Federal officials have warned local authorities in New York, Texas, and Virginia about a possible terrorist attack by al-Qaeda, on or before Election Day.
According to Reuters, the threat is “unspecific” and relatively “low-level,” while the threat information is “uncorroborated.” One official speculated that it was “just an attempt to inspire someone here to mount an attack.”
A spokesman for the Port Authority of New York and New Jersey acknowledged receiving the alert, while the New York Police Department said it was working with intelligence officials and the Joint Terrorism Task Force.
“Texans should go about their daily lives as usual, but remain vigilant over the next several days and report any suspicious activity,” said Texas Governor Greg Abbott, who confirmed his office was monitoring the situation.
“We are doing everything we can to keep Virginians safe, and we’re confident they are going to be able to vote safely on Election Day,” said Brian Coy, a spokesman for Virginia Governor Terry McAuliffe.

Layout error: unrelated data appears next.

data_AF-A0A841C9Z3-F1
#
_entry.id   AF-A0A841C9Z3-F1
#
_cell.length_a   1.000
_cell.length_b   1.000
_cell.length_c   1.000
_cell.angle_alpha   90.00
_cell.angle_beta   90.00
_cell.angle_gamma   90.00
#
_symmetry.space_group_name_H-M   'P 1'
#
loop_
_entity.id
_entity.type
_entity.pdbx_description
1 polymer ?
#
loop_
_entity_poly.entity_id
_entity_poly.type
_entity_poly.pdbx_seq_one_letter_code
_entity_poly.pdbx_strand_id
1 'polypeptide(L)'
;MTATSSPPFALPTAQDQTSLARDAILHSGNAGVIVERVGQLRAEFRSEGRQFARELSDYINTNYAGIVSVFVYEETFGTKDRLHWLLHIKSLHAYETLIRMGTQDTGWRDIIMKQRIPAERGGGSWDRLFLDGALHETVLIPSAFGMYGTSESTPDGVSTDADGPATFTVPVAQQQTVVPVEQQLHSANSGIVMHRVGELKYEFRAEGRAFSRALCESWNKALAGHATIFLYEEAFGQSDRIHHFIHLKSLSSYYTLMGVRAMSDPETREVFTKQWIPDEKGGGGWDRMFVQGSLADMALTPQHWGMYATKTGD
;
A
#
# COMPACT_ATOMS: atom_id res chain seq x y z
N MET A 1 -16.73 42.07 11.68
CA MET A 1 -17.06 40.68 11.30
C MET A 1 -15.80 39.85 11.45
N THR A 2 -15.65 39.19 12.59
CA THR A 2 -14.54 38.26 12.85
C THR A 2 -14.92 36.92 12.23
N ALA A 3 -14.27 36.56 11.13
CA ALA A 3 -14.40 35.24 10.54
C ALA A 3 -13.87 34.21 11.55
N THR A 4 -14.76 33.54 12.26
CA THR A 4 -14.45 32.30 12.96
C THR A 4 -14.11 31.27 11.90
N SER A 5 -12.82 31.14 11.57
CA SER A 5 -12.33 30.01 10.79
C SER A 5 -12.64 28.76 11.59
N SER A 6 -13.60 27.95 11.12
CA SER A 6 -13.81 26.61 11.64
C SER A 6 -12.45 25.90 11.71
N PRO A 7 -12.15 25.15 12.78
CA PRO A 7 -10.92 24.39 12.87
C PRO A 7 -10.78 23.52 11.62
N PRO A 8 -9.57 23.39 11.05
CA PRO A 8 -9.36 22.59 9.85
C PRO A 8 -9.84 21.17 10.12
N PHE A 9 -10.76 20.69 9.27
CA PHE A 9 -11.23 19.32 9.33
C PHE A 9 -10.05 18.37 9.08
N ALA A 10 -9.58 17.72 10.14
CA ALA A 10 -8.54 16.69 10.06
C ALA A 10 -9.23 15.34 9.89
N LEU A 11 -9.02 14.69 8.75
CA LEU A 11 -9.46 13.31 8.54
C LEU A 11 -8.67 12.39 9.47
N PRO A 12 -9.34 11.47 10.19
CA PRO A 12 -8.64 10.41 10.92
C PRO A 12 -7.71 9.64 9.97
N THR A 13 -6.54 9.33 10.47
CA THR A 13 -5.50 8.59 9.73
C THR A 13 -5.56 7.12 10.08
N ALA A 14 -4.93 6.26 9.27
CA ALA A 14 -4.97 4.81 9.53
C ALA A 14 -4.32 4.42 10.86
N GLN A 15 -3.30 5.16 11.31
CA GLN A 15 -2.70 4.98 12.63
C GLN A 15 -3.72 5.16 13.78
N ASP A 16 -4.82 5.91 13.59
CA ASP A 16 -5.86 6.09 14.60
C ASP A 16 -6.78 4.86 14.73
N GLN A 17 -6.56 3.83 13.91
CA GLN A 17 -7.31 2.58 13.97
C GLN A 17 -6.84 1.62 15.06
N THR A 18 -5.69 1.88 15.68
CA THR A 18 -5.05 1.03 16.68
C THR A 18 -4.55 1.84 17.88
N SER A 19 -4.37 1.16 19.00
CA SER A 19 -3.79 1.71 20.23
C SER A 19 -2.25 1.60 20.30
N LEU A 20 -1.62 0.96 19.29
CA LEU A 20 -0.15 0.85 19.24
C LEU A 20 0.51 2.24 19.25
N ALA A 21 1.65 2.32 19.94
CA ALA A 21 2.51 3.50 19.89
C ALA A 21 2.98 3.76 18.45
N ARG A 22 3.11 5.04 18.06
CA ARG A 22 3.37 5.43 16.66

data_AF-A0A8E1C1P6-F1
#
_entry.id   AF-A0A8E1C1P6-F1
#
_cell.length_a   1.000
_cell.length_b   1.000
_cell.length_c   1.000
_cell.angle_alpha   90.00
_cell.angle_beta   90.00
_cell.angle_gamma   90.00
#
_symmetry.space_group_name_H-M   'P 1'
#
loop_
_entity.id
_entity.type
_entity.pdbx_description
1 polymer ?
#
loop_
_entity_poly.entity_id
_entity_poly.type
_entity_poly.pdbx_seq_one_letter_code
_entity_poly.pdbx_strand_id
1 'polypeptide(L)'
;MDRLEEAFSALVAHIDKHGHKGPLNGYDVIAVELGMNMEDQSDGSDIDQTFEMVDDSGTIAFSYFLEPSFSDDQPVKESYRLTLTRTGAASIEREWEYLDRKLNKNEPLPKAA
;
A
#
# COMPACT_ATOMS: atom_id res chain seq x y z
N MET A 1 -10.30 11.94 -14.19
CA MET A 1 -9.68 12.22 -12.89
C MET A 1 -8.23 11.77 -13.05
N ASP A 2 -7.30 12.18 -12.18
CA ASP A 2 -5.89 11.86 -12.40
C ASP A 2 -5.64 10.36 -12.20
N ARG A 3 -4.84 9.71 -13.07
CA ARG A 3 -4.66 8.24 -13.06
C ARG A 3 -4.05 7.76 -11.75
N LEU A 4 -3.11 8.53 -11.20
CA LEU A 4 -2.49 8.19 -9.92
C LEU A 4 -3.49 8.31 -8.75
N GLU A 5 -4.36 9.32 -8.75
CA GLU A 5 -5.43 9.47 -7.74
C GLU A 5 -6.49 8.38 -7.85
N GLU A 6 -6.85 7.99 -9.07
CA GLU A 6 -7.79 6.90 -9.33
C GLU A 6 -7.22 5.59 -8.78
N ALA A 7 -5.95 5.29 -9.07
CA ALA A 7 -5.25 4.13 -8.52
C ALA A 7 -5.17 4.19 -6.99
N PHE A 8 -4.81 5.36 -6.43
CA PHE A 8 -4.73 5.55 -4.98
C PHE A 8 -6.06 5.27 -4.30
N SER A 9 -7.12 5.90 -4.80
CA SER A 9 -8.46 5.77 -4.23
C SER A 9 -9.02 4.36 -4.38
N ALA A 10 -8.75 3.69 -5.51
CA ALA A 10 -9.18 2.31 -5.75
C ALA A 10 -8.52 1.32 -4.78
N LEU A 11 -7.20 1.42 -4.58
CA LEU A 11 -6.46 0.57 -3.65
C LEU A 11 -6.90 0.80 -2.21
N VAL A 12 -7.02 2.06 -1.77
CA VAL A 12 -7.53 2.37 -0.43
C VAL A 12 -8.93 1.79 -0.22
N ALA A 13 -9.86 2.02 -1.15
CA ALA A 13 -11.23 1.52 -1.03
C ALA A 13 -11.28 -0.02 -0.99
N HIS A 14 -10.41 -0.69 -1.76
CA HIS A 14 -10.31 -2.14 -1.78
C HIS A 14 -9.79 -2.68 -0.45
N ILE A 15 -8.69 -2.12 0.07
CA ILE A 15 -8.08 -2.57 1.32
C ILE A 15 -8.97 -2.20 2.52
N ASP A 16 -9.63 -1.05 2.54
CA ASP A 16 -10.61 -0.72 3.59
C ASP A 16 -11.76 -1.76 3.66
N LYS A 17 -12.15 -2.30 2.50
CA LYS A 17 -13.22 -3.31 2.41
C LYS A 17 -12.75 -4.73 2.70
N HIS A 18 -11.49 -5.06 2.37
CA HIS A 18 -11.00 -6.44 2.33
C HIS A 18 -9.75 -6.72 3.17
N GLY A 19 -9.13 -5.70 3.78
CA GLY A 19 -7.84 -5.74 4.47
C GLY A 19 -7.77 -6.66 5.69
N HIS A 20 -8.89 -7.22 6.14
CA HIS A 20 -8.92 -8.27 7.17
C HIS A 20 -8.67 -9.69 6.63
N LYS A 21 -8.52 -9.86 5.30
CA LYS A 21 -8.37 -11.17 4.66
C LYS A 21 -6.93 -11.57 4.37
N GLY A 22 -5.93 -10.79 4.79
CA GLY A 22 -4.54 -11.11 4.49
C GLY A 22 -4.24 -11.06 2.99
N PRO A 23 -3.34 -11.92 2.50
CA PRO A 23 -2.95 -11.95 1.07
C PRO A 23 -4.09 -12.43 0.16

A U.S. intelligence official told CBS News:
While we do not comment on intelligence matters, we will say the counterterrorism and homeland security communities remain vigilant and well-postured to defend against attacks here in the United States. The FBI and DHS, working with our federal, state and local counterparts, share and assess intelligence on a daily basis and will continue to work closely with law enforcement and intelligence community partners to identify and disrupt any potential threat to public safety.
CBS notes that a previous alert warned local police that polling places were “attractive targets” for “lone wolf” terrorist attacks by “individuals motivated by violent extremist ideologies, sovereign citizen or other extremist activity.”
The Associated Press notes it “wasn’t immediately clear how the intelligence came to investigators’ attention.”